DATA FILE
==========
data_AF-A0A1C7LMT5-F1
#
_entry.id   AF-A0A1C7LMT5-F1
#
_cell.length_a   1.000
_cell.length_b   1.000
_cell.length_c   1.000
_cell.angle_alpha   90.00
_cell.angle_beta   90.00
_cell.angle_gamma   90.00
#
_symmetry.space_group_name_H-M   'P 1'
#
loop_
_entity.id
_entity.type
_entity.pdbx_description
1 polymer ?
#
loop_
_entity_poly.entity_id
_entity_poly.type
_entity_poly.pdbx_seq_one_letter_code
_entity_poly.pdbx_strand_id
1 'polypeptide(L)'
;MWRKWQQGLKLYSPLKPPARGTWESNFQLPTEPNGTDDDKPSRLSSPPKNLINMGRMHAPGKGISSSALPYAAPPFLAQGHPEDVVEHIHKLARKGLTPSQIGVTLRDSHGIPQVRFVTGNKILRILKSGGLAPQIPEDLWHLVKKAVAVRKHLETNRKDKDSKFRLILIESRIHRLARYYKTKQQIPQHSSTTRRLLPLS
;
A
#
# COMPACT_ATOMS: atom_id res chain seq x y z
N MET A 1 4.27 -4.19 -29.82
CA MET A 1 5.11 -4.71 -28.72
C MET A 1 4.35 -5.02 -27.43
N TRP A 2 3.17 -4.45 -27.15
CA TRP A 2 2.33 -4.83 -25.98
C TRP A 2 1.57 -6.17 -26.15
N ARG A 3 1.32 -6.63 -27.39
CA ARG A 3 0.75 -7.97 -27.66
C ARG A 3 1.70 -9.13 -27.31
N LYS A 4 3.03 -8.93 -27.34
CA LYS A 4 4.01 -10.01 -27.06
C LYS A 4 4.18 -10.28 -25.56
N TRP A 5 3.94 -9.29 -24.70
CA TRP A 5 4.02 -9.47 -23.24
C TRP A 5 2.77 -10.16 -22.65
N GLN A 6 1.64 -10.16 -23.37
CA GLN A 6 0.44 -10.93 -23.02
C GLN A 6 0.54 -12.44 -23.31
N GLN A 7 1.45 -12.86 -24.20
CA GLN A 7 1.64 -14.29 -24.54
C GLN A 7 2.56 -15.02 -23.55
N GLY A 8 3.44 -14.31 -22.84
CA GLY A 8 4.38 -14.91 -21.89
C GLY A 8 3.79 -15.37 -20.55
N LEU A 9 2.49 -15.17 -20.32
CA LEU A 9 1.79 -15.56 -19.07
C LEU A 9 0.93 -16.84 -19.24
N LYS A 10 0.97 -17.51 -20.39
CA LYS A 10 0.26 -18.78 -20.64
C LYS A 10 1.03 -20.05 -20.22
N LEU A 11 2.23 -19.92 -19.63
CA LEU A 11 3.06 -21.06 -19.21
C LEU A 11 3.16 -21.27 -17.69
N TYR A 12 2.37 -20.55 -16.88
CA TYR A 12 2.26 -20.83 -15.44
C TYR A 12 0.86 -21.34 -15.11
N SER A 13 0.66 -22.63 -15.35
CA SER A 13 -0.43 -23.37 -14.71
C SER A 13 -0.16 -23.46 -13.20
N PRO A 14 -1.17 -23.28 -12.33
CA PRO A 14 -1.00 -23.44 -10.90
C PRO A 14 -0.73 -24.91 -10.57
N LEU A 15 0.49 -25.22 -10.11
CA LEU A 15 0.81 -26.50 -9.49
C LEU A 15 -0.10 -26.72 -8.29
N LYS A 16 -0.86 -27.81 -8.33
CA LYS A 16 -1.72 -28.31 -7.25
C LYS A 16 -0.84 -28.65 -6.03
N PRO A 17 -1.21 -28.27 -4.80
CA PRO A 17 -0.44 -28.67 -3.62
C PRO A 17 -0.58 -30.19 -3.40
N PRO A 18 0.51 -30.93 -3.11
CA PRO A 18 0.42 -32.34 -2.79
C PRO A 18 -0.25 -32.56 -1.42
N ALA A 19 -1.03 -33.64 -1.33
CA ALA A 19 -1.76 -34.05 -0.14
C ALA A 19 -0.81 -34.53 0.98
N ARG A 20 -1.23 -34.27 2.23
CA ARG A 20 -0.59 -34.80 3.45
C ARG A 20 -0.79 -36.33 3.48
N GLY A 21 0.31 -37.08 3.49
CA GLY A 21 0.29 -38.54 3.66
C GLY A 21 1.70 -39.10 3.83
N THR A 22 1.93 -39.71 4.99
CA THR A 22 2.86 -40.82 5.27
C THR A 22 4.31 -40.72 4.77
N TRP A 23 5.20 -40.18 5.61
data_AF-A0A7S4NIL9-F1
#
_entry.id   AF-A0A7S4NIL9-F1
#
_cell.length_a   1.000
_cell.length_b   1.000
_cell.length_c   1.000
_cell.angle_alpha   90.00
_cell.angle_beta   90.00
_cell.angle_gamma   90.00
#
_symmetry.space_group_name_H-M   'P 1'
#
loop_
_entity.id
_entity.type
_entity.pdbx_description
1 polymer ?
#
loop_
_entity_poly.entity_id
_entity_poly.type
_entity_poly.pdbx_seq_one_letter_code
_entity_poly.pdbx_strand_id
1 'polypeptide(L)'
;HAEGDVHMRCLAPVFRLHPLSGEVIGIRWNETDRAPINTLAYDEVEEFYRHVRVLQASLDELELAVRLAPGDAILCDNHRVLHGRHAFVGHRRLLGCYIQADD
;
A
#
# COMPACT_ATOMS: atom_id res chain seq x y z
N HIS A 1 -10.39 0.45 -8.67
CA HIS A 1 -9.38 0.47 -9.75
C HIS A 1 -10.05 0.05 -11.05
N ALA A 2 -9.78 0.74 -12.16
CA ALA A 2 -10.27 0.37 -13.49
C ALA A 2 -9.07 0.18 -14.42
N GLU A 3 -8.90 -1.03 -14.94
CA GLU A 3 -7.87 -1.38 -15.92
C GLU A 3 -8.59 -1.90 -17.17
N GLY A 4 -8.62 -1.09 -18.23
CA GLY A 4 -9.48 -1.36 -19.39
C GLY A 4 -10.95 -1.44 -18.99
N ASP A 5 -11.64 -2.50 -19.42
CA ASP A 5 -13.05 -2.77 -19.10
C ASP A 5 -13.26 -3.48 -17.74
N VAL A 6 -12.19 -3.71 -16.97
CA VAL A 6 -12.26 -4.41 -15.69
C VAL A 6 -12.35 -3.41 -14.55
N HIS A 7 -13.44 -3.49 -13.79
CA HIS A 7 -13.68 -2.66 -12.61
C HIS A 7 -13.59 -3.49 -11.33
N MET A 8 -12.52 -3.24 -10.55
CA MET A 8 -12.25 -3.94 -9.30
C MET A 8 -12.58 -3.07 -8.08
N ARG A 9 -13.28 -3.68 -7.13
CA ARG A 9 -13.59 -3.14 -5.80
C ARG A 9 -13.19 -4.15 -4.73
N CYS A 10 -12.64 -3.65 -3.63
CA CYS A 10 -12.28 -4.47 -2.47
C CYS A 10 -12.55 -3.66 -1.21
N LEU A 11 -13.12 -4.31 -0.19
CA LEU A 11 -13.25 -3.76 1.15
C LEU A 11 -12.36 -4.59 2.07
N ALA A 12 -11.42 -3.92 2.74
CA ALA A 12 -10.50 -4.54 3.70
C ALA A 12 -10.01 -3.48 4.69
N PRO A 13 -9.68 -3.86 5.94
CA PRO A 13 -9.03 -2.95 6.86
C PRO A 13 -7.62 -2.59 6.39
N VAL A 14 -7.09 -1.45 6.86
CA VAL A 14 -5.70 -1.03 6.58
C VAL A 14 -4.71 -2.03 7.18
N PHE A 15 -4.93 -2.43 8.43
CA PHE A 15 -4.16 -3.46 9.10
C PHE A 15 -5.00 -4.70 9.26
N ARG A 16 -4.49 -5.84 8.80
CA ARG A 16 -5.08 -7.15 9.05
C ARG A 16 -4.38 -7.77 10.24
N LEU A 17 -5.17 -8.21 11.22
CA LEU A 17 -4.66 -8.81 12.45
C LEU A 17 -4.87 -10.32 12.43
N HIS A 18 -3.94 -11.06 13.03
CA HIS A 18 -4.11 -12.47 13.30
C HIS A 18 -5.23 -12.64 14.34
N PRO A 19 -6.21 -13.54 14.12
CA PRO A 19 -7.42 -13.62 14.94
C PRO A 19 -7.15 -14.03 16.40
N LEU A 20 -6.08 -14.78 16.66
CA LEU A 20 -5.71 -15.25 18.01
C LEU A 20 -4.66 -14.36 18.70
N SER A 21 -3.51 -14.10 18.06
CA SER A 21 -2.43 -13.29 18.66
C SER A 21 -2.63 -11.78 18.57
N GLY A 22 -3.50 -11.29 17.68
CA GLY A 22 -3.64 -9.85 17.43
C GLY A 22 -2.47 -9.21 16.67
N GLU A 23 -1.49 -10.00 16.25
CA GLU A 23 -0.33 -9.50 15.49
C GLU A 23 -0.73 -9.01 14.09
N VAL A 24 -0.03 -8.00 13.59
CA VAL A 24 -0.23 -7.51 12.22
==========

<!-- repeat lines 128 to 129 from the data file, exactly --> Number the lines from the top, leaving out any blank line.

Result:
N HIS A 1 -10.39 0.45 -8.67
CA HIS A 1 -9.38 0.47 -9.75